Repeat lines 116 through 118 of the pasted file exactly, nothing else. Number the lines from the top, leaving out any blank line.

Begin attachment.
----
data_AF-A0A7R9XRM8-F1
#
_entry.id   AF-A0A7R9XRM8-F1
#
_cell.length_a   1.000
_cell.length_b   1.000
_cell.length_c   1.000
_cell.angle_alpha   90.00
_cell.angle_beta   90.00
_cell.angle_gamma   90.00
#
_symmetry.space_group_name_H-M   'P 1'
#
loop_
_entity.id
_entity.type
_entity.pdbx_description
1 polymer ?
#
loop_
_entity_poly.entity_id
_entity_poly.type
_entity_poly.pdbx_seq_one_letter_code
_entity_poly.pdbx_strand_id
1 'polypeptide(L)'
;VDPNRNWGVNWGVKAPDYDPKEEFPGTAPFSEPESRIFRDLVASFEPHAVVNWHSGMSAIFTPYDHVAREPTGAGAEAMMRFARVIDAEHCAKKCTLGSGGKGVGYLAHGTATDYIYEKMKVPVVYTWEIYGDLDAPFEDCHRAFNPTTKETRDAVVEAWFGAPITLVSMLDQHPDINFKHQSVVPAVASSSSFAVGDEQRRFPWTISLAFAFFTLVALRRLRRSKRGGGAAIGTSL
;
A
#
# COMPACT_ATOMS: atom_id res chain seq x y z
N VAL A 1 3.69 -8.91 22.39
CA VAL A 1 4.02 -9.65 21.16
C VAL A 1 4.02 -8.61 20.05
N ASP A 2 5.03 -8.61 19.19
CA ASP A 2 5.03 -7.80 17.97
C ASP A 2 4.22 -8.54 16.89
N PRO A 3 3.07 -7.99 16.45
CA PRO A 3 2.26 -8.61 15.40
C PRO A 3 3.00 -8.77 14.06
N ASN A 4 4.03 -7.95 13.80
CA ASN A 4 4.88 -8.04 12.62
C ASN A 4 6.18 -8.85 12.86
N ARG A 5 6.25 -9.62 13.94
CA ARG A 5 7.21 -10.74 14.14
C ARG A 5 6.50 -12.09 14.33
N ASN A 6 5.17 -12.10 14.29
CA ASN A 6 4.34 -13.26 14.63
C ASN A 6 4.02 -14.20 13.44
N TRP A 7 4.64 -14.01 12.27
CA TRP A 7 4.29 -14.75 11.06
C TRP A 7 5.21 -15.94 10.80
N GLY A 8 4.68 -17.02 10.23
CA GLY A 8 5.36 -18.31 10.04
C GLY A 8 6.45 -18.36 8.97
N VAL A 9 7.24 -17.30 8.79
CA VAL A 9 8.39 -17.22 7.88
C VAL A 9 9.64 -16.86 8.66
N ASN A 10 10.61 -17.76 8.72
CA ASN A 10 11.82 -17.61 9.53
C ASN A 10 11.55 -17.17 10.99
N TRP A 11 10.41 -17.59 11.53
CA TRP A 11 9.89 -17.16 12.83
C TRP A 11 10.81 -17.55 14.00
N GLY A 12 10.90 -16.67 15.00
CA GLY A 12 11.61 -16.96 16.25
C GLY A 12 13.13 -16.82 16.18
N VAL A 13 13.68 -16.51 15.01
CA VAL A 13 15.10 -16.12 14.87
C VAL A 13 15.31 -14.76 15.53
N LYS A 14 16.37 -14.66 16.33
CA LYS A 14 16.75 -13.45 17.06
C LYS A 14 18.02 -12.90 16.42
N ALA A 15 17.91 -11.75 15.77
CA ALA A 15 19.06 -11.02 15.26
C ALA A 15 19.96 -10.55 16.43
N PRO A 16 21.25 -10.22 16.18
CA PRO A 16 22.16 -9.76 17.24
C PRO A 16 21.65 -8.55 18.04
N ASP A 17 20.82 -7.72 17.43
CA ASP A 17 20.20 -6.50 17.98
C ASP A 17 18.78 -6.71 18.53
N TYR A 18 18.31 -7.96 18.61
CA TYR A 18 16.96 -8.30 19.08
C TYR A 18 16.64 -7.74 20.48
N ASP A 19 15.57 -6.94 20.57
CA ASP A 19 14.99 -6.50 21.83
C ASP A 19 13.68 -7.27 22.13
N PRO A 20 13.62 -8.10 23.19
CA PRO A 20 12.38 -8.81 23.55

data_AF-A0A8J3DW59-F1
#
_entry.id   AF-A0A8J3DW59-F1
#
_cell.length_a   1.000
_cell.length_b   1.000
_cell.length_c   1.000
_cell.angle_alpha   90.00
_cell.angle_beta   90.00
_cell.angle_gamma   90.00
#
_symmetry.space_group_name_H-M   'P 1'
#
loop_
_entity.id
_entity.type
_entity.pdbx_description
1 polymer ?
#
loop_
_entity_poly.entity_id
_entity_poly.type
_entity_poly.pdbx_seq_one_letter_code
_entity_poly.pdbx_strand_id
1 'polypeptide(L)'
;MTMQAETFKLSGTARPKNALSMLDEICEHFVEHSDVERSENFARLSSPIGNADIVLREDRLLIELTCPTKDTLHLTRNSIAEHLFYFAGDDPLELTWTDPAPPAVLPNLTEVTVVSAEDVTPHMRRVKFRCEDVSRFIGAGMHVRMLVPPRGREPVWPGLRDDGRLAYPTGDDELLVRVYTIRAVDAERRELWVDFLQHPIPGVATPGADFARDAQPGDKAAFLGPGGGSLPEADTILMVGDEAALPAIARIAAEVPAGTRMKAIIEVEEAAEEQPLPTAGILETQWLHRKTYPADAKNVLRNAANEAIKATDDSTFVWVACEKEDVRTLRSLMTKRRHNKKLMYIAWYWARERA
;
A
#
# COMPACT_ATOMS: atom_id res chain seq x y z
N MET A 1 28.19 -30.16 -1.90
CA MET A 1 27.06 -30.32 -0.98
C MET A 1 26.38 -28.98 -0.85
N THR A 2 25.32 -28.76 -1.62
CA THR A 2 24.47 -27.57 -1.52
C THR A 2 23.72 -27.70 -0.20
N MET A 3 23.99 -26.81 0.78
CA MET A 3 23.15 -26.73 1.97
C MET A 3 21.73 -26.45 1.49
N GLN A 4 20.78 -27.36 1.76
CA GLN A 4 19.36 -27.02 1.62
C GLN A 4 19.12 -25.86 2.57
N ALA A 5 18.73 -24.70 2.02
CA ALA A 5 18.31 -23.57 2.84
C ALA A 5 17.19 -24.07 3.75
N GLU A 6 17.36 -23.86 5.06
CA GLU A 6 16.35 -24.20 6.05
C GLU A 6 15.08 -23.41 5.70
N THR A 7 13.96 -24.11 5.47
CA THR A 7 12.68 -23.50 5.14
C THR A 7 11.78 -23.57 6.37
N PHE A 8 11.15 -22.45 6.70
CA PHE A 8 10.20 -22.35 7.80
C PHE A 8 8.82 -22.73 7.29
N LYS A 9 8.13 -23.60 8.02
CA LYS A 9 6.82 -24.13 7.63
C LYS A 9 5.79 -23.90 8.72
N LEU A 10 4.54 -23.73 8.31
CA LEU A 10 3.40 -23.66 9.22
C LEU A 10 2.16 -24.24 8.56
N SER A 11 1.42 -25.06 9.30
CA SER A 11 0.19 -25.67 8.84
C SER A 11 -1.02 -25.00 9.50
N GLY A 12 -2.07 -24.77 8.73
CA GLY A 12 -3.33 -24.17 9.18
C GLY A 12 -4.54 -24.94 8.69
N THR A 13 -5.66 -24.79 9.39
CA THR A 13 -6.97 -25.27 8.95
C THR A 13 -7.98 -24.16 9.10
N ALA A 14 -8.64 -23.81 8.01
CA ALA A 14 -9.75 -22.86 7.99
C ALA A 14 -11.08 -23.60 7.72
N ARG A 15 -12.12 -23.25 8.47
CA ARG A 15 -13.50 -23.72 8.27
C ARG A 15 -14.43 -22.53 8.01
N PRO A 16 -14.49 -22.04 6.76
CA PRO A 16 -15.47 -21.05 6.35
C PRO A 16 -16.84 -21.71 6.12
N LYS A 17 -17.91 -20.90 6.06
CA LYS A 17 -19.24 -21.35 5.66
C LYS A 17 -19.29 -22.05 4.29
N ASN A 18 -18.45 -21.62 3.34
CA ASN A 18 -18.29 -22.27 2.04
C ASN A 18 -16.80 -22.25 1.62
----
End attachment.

;
A
#